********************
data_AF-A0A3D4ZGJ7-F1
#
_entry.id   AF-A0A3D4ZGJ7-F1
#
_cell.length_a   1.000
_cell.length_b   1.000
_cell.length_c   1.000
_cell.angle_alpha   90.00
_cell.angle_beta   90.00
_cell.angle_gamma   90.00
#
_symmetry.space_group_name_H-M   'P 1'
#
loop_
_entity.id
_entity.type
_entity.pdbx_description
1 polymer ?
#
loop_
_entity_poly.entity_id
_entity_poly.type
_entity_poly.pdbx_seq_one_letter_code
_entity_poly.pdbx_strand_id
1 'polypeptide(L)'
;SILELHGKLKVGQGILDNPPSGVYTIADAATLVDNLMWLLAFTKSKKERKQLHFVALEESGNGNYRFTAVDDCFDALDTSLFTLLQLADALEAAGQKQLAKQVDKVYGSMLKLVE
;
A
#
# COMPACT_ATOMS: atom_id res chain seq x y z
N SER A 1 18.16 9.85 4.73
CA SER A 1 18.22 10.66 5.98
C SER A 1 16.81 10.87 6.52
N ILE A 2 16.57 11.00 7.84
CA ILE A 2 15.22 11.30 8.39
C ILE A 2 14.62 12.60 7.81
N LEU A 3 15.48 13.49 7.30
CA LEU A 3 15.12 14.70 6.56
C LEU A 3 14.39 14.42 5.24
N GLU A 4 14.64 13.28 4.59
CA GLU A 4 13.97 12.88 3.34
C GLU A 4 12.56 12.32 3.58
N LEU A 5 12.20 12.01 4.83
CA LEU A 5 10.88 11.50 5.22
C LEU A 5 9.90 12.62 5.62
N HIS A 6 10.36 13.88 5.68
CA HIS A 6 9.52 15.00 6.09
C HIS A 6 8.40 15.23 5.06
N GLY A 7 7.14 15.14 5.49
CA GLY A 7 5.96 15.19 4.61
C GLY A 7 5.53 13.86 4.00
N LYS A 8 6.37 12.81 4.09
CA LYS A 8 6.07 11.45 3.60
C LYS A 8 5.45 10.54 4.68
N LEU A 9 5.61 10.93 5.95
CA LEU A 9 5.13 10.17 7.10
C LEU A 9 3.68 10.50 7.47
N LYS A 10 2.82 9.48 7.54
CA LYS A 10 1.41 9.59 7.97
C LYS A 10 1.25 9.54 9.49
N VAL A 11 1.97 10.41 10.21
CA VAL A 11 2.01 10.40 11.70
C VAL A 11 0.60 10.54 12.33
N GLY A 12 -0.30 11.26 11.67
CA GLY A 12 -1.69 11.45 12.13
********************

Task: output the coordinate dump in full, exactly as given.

data_AF-A0A3D4ZGJ7-F1
#
_entry.id   AF-A0A3D4ZGJ7-F1
#
_cell.length_a   1.000
_cell.length_b   1.000
_cell.length_c   1.000
_cell.angle_alpha   90.00
_cell.angle_beta   90.00
_cell.angle_gamma   90.00
#
_symmetry.space_group_name_H-M   'P 1'
#
loop_
_entity.id
_entity.type
_entity.pdbx_description
1 polymer ?
#
loop_
_entity_poly.entity_id
_entity_poly.type
_entity_poly.pdbx_seq_one_letter_code
_entity_poly.pdbx_strand_id
1 'polypeptide(L)'
;SILELHGKLKVGQGILDNPPSGVYTIADAATLVDNLMWLLAFTKSKKERKQLHFVALEESGNGNYRFTAVDDCFDALDTSLFTLLQLADALEAAGQKQLAKQVDKVYGSMLKLVE
;
A
#
# COMPACT_ATOMS: atom_id res chain seq x y z
N SER A 1 18.16 9.85 4.73
CA SER A 1 18.22 10.66 5.98
C SER A 1 16.81 10.87 6.52
N ILE A 2 16.57 11.00 7.84
CA ILE A 2 15.22 11.30 8.39
C ILE A 2 14.62 12.60 7.81
N LEU A 3 15.48 13.49 7.30
CA LEU A 3 15.12 14.70 6.56
C LEU A 3 14.39 14.42 5.24
N GLU A 4 14.64 13.28 4.59
CA GLU A 4 13.97 12.88 3.34
C GLU A 4 12.56 12.32 3.58
N LEU A 5 12.20 12.01 4.83
CA LEU A 5 10.88 11.50 5.22
C LEU A 5 9.90 12.62 5.62
N HIS A 6 10.36 13.88 5.68
CA HIS A 6 9.52 15.00 6.09
C HIS A 6 8.40 15.23 5.06
N GLY A 7 7.14 15.14 5.49
CA GLY A 7 5.96 15.19 4.61
C GLY A 7 5.53 13.86 4.00
N LYS A 8 6.37 12.81 4.09
CA LYS A 8 6.07 11.45 3.60
C LYS A 8 5.45 10.54 4.68
N LEU A 9 5.61 10.93 5.95
CA LEU A 9 5.13 10.17 7.10
C LEU A 9 3.68 10.50 7.47
N LYS A 10 2.82 9.48 7.54
CA LYS A 10 1.41 9.59 7.97
C LYS A 10 1.25 9.54 9.49
N VAL A 11 1.97 10.41 10.21
CA VAL A 11 2.01 10.40 11.70
C VAL A 11 0.60 10.54 12.33
N GLY A 12 -0.30 11.26 11.67
CA GLY A 12 -1.69 11.45 12.13